A bot, not a Kardashian, probably wrote that e-cig tweet

Kim Kardashian

Kim Kardashian was paid to praise the morning sickness drug Diclegis but deleted her Instagram post after the FDA noted that the post didn’t mention key side effects. For products like e-cigarettes, which aren’t regulated by the FDA, there are few limits to advertising on social media.


This just in: Companies use social media to encourage you to buy their products.

A recent and much-discussed example of such marketing involved pregnant reality television star Kim Kardashian, who was paid to publicly praise the morning sickness drug Diclegis. FDA regulations require that risk-related information, such as side effects, is included in marketing of approved drugs, and there was no mention of drowsiness, the most common side effect of Diclegis, in Kardashian’s Instagram post. Nor did it mention that the drug hasn’t been studied in women with hyperemesis gravidarum, the most extreme form of morning sickness. The FDA sent a warning letter to the vice-president of Duchesnay, the company that makes Diclegis and Kardashian’s Instagram post was deleted.

While there’s worrisome evidence that drug advertising via platforms like Facebook, YouTube and Twitter can undermine patient safety, relying on the FDA to police social media may be a lost cause. For one thing, such restrictions are unlikely to pass constitutional muster: Pharmaceutical advertising has been deemed protected speech in a string of court rulings. And relying on the FDA to regulate advertising also means that approved drugs like Diclegis are restricted, while products that aren’t regulated get a free pass.

A case in point: e-cigarettes. Not only is their role in helping adult smokers quit questionable, the nicotine delivery devices come with safety problems that have many public health officials worried. These concerns include marketing to kids, and mounting evidence that teens who use e-cigarettes are more likely to take up smoking. Yet e-cigarettes have evaded scrutiny by the FDA.

For now that means e-cigarette marketing is unfettered. And a recent analysis of mentions of the devices on Twitter suggests that it is in full force: An astounding 80 percent of some 850,000 e-cigarette-related tweets posted from 2012 to 2014 were promotional in nature. Rather than coming from celebrities, these tweets were largely automated, generated by commercial “bots.”  While some were easy to recognize as marketing tweets — for example, containing words such as buy, save, coupon(s), discount, sale, purchase, offer, free or starter kit(s) — other tweets were dressed up as legit. In fact many of the automated tweets initially fooled the scientists doing the analysis.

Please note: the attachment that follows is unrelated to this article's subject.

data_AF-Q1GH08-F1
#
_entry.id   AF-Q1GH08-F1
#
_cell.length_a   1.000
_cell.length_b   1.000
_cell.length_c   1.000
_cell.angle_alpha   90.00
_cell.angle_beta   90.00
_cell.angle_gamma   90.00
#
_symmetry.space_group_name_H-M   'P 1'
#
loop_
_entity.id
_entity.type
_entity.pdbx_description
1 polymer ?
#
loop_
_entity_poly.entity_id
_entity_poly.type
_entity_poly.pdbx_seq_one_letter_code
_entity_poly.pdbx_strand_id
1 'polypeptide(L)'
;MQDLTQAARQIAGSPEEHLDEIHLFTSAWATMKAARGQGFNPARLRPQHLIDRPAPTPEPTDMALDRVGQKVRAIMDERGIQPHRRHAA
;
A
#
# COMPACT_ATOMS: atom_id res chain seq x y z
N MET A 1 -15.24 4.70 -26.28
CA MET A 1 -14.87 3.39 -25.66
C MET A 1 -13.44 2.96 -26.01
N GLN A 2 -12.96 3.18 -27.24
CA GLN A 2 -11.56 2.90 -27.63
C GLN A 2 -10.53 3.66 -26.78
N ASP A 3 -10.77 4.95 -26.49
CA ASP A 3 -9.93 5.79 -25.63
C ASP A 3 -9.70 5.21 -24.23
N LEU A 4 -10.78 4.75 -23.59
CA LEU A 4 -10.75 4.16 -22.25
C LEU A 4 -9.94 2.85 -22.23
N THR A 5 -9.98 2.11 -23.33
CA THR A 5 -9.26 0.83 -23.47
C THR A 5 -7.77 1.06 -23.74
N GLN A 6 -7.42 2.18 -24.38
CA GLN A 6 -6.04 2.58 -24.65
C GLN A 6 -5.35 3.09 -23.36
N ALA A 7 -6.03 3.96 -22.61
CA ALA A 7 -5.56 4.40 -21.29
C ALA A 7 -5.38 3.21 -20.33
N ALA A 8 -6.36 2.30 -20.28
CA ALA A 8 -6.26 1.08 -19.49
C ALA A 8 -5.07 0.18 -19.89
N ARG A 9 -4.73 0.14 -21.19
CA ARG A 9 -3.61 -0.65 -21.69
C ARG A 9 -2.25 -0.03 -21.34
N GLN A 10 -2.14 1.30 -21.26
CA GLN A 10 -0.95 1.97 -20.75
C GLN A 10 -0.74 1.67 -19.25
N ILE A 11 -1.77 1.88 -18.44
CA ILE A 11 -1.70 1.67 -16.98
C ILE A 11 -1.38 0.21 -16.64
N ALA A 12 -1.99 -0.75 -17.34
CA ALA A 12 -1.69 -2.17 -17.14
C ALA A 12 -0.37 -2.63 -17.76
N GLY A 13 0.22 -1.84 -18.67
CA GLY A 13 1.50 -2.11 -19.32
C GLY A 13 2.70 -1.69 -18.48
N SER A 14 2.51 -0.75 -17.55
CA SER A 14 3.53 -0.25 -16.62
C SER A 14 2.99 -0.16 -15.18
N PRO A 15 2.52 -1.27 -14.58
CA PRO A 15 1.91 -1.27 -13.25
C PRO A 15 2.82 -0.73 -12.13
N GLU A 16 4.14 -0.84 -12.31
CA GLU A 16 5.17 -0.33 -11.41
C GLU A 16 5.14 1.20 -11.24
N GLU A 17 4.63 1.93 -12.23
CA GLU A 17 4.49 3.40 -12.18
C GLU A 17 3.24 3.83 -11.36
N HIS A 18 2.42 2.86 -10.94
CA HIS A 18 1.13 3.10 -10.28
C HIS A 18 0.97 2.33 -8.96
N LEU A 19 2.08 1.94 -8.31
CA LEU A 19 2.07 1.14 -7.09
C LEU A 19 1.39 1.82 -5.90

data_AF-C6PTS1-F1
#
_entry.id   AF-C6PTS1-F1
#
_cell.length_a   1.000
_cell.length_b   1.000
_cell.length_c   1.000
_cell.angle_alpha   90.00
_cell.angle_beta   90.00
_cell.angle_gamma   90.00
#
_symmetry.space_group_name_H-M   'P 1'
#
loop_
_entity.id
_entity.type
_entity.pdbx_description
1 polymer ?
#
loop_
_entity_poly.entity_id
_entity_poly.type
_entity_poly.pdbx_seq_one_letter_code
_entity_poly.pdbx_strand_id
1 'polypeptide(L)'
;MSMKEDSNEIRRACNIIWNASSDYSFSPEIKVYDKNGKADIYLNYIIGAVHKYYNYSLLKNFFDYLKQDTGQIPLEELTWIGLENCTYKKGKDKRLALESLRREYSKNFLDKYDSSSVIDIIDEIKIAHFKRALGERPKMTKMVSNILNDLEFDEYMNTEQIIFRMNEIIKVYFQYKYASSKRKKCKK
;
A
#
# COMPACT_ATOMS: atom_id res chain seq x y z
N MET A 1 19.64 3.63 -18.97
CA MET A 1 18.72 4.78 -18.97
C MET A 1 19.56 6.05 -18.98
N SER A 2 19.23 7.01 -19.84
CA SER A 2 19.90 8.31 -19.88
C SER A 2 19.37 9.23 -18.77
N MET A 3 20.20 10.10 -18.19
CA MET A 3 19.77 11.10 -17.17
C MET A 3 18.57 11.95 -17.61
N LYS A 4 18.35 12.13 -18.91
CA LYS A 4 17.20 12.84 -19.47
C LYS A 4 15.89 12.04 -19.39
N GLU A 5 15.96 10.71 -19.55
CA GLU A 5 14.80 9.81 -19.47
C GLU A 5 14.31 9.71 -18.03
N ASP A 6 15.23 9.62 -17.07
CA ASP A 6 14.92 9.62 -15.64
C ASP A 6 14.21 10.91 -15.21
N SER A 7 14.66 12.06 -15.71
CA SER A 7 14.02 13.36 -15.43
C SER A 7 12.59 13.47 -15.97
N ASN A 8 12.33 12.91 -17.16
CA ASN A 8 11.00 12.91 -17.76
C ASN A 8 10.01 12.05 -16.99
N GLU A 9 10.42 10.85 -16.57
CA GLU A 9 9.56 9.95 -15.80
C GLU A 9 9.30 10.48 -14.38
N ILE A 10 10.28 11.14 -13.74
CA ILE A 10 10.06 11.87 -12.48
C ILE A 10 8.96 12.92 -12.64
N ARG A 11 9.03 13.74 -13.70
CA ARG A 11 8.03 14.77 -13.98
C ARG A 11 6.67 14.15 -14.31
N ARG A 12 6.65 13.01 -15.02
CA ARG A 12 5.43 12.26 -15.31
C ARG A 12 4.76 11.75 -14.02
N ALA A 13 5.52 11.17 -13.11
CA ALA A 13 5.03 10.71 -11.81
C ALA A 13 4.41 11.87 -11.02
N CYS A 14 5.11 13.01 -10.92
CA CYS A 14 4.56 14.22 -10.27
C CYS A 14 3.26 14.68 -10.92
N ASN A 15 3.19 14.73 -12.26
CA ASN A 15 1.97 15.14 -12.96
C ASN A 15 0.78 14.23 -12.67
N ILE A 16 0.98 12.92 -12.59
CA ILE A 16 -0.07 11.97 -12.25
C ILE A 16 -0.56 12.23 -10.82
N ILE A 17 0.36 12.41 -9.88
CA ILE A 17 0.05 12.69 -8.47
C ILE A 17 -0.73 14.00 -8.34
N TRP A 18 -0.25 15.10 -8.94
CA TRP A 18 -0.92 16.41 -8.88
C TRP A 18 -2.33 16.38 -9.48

“We set out to see what the real users were saying, and it looked like everyone loved e-cigarettes,” Eric Clark, a data scientist at the University of Vermont’s Complex Systems Center, told me.

Clark and colleagues, including data junkies Chris Danforth and Peter Dodds, always make an effort to clean bots from their analyses of social media, so they decided to hand-classify 1,000 of the e-cigarette tweets before setting a computer program to the task. They discovered that many of the automated tweets appeared as testimonials from human beings, a structure that soon became recognizable:

@USER {I,We} {tried,pursued} to {give up, quit} smoking . Discovered BRAND electronic cigarettes and quit in {#} weeks. {Marvelous,Amazing,Terrific}! URL

@USER It’s now really easy to {quit,give up} smoking (cigarettes). – these BRAND electronic cigarettes are lots of {fun,pleasure}! URL

I managed to quit smoking with these e-cigarettes, I highly recommend them: URL @USER

Not surprisingly, a sentiment analysis comparing the automated versus the human-generated tweets found the automated tweets used much more positive language. Approximating the reach of the marketing tweets by looking at the number of followers who might have been exposed to the ads suggests that over the two-year period of the analysis, some 951 million people saw the ads on Twitter.

The researchers emphasize that by no means are they downplaying the health benefits of quitting smoking. But Twitter’s demographics skew young.

“The greatest concern of promotional e-cigarette marketing on Twitter is the risk of enticing younger generations who otherwise may never have commenced consuming nicotine,” the researchers write.

While regulating advertising is becoming trickier for government agencies, private companies like Twitter or Facebook, which owns Instagram, can regulate such posts. YouTube (a Google subsidiary) regulates pharmaceutical marketing and Facebook regulates images that promote self-harm, such as those that urge people to cut themselves. Perhaps social media behemoths shouldn’t wait for the FDA to figure out its stance and decide for themselves whether pharma, or e-cig companies, get a pass.

In the meantime, for smokers out there who are considering e-cigarettes: Don’t rely on celebrity endorsements, on social media, or sadly, on the FDA. Talk to your doctor about what’s right for you.

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